Because for a madness deck you need two things. One are, naturally, madness cards. These can be found in black. The other part are enablers, so discard outlets. The best ones are in blue, followed by red. So if you’re drafting with madness in mind, you’ll want to be in black, paired with either red or blue.
The main idea of the madness decks is that you want to get double value. First you get value from your discard outlets. So for example, Cloudseeder, gives you a 1/1 flyer, which is almost a full card of value. The other benefit is that you actually didn’t just threw a card away, but you got a cost reduction instead. Your Dark Withering now costs only one mana.
If you have an instant speed discard outlet, you can also cast cards with madness at instant speed. You might surprise an unsuspecting opponent during their attack step, by casting Lightning Axe and Reckless Wurm. This can be quite a back-breaking pattern.
Outlets & Payoffs
Some of the best discard outlets include:
Pretty much all cards with madness are at least playable. Lots of them are removal spells, or removal spells attached to a body, like:
Additionally, Grave Scrabbler is a great value creature. All in all, this archetype looks really fun to play, and it might just have all the tools it needs.
This is not a hardly defined archetype. Suspend cards are in every color, but the best ones are in blue and green. The main idea is therefore pretty straightforward, just play good suspend cards like, the three you see above and:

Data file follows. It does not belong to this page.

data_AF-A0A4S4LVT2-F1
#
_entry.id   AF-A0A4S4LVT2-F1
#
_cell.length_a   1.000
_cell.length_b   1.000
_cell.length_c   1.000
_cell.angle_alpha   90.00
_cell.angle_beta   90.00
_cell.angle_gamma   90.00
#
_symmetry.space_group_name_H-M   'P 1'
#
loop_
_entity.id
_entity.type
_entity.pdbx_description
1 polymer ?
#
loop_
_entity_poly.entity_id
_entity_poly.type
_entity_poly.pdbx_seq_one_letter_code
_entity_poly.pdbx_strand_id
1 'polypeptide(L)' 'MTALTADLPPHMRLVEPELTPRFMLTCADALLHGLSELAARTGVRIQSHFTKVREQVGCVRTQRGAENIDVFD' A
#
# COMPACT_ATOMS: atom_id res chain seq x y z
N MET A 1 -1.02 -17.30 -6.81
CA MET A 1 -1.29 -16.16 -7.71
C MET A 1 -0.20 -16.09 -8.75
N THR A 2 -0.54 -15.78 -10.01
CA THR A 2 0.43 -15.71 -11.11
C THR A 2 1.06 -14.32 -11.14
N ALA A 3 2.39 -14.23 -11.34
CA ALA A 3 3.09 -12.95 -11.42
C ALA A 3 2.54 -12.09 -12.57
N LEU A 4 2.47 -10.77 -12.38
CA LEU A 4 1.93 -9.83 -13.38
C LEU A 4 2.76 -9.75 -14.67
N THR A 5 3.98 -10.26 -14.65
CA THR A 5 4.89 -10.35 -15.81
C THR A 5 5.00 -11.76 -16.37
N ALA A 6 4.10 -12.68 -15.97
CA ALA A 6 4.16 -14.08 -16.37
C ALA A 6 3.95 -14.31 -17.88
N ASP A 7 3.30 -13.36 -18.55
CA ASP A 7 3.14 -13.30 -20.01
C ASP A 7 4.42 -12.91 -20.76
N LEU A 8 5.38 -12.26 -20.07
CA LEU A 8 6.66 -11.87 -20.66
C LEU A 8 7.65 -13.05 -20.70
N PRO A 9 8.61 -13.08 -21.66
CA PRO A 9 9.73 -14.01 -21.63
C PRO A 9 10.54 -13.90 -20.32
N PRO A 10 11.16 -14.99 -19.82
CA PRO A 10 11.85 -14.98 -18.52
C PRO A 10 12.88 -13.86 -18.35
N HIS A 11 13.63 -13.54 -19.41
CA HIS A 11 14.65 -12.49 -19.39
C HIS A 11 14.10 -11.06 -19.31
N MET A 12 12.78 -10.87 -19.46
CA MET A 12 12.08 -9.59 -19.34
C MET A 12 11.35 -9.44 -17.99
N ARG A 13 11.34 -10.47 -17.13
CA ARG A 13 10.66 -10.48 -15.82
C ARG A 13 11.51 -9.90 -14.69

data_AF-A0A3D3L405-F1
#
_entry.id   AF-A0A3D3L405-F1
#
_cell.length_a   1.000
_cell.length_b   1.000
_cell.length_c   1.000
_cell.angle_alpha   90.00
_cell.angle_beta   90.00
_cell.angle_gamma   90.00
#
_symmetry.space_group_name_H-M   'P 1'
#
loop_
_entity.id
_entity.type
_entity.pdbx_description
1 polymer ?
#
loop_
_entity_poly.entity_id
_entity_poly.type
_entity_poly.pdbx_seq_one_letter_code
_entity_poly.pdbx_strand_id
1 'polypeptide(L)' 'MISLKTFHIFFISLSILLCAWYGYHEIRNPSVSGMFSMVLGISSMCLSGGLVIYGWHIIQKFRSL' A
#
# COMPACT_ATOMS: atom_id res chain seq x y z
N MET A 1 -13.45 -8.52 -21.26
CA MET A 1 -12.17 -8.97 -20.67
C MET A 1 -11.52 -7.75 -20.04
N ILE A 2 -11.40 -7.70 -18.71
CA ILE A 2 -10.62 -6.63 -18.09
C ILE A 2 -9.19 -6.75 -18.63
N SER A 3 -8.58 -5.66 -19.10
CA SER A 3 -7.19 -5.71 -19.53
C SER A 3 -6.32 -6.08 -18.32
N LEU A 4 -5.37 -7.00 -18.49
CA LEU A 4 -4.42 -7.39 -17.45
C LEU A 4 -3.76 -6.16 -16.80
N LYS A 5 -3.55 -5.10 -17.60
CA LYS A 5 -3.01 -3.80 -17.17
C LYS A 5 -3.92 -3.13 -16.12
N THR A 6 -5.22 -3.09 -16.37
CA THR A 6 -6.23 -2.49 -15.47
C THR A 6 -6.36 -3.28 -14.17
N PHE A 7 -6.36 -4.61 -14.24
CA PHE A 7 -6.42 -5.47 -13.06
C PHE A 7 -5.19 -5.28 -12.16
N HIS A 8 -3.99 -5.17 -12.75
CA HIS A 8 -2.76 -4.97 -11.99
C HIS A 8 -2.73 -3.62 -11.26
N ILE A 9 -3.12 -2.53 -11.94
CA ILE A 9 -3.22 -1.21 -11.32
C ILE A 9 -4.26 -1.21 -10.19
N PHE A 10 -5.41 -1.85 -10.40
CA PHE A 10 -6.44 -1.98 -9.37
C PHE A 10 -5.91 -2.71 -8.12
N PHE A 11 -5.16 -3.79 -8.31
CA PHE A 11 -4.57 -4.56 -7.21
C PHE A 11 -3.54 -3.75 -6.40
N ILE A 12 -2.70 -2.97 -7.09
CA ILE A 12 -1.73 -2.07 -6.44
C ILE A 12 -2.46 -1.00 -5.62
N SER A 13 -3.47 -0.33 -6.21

There are two cards that seem that would fit well in this archetype. One is Jhoira’s Timebug, which can work as a weird mana dork. However you really want a lot of suspend cards (6+) in your deck before it makes the cut. The 1/2 body is pretty weak.
The other one is Timebender. This one also doesn’t come with a strong body, but at least the opponent’s won’t necessarily see it coming. Getting to remove two time counters, and getting a big creature in play mid-combat can be devastating. Also sometimes, you’ll postpone your opponent’s cards for a couple of turns, which can make a difference in the game.
You might have noticed that we didn’t talk about every two color combination. That doesn’t mean that you can’t play them, it’s just that the themes are less defined.
For example, you can surely play black-green, if you get good cards in those two colors. You might even support a madness theme, as you do get two discard cards in green with Greenseeker and Llanowar Mentor.
Additionally, you might get an old-border card, that you could build around. Let’s say you open a Temur Ascendancy, and you try to draft a 4+ power Temur deck. There are so many weird cards and interactions in this set, that you can totally explore different options.
If you’re planning on drafting Time Spiral Remastered at home, you can purchase a box on Amazon. The box contains 36 boosters, which is enough for:
- three 4-player drafts or;
- two 6-player drafts or;
- one 8-player draft, with 12 boosters for prizes
Anyways, that concludes our Time Spiral Remastered Draft Guide. Hopefully, you now have more knowledge about the format, which will result in more wins. If you want to prepare further, you can find all Time Spiral Remastered cards here. If you have any additional questions feel free to leave a comment below.
Until next time, have a fun time, and get many amazing wins in the Time Spiral Remastered draft.